Chapter 65 Pure, unmixed excellence

古之善為道者,非以明民,將以愚之。民之難治,以其智多。故以智治國,國之賊;不以智治國,國之福。知此兩者亦

1. The ancients who showed their skill in practicing the Dao did so, not to enlighten the people, but rather to make them simple and ignorant.

2. The difficulty in governing the people arises from their having much knowledge. He who (tries to) govern a state by his wisdom is a scourge to it; while he who does not (try to) do so is a blessing.

3. He who knows these two things finds in them also his model and rule. Ability to know this model and rule constitutes what we call the mysterious excellence (of a governor). Deep and far-reaching is such mysterious excellence, showing indeed its possessor as opposite to others, but leading them to a great conformity to him.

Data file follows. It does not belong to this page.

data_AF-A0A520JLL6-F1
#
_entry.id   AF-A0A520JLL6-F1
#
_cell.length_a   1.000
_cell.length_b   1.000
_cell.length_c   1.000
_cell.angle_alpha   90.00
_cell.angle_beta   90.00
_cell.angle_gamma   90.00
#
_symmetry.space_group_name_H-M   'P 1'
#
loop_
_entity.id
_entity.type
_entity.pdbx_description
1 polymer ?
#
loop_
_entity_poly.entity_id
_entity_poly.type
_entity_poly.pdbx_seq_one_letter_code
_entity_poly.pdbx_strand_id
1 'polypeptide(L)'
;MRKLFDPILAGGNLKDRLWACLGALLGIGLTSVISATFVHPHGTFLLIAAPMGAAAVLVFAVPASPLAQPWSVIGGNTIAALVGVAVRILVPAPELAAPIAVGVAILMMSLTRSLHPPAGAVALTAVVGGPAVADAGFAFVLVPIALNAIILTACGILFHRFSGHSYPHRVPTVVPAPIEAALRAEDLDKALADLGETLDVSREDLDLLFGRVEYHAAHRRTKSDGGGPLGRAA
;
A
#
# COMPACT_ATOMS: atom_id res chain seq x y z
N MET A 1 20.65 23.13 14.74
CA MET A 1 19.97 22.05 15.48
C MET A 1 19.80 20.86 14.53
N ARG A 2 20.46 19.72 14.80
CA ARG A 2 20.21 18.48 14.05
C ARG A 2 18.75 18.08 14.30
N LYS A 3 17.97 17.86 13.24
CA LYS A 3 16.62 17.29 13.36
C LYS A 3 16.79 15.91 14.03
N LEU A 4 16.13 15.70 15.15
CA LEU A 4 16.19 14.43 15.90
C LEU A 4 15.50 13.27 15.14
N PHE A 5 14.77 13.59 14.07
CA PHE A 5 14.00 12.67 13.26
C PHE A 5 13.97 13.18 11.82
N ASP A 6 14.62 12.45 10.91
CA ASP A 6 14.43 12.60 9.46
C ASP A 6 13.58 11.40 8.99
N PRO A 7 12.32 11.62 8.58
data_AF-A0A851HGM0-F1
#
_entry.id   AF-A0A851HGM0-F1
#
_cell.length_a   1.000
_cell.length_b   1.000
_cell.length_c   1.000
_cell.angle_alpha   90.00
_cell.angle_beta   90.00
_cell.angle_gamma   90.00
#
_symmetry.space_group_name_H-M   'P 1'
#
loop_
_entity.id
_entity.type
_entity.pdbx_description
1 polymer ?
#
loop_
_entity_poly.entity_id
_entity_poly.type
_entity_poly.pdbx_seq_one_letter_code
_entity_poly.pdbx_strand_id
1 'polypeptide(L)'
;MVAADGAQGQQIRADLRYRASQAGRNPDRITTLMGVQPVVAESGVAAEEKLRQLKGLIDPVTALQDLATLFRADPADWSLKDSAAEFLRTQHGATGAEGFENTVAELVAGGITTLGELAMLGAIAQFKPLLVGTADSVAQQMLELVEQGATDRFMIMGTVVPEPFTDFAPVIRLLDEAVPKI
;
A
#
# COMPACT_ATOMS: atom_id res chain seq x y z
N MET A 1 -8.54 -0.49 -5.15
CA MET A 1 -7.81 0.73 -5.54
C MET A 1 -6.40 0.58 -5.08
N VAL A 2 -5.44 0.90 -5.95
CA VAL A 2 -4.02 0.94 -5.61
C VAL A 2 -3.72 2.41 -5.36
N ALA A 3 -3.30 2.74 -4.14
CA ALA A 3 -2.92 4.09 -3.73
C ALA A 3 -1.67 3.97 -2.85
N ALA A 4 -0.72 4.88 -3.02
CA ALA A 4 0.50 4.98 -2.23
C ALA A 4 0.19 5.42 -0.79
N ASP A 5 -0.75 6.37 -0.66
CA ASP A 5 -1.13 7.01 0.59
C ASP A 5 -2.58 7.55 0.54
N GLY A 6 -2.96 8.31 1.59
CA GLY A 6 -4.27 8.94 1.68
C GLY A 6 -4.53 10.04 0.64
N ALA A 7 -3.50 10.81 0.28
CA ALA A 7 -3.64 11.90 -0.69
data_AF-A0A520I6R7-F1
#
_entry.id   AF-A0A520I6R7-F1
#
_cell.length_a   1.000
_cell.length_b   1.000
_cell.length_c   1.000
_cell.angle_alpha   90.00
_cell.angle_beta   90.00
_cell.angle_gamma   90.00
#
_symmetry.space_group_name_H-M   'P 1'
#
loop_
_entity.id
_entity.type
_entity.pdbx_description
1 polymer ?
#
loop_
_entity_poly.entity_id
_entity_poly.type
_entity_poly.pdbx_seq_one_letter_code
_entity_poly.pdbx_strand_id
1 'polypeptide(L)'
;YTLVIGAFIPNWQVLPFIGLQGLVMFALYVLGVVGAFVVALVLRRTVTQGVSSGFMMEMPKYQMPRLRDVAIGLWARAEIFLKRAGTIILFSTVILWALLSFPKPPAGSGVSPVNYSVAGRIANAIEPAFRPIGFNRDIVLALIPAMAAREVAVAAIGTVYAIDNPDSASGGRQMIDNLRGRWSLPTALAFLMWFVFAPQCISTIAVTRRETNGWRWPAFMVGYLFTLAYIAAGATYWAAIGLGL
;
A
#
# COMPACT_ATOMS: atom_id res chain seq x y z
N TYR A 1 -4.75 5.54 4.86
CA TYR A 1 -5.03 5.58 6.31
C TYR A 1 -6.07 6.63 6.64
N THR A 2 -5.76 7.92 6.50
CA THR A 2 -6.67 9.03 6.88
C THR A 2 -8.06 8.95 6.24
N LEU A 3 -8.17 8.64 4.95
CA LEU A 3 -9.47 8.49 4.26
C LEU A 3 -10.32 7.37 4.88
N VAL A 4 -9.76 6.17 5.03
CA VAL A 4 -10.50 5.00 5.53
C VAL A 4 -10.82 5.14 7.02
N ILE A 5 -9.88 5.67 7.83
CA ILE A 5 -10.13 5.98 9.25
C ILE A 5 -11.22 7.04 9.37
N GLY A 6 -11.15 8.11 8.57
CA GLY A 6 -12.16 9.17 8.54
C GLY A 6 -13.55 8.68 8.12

Derek Lin

Those of ancient times who were adept at the Tao
Used it not to make people brighter
But to keep them simple
The difficulty in governing people
Is due their excessive cleverness
Therefore, using cleverness to govern the state
Is being a thief of the state
Not using cleverness to govern the state
Is being a blessing of the state

Know that these two are both standards
Always knowing these standards
Is called Mystic Virtue
Mystic Virtue: Profound! Far-reaching!
It goes opposite to material things
Then it reaches great congruence

Peter Merel

The ancients did not seek to rule people with knowledge,
But to help them become natural.
It is difficult for knowledgeable people to become natural;
So to use law to control a nation weakens the nation,
But to use nature to control a nation strengthens the nation.
Understanding these two paths is understanding subtlety;
Subtlety runs deep, ranges wide,
Resolves confusion and preserves peace.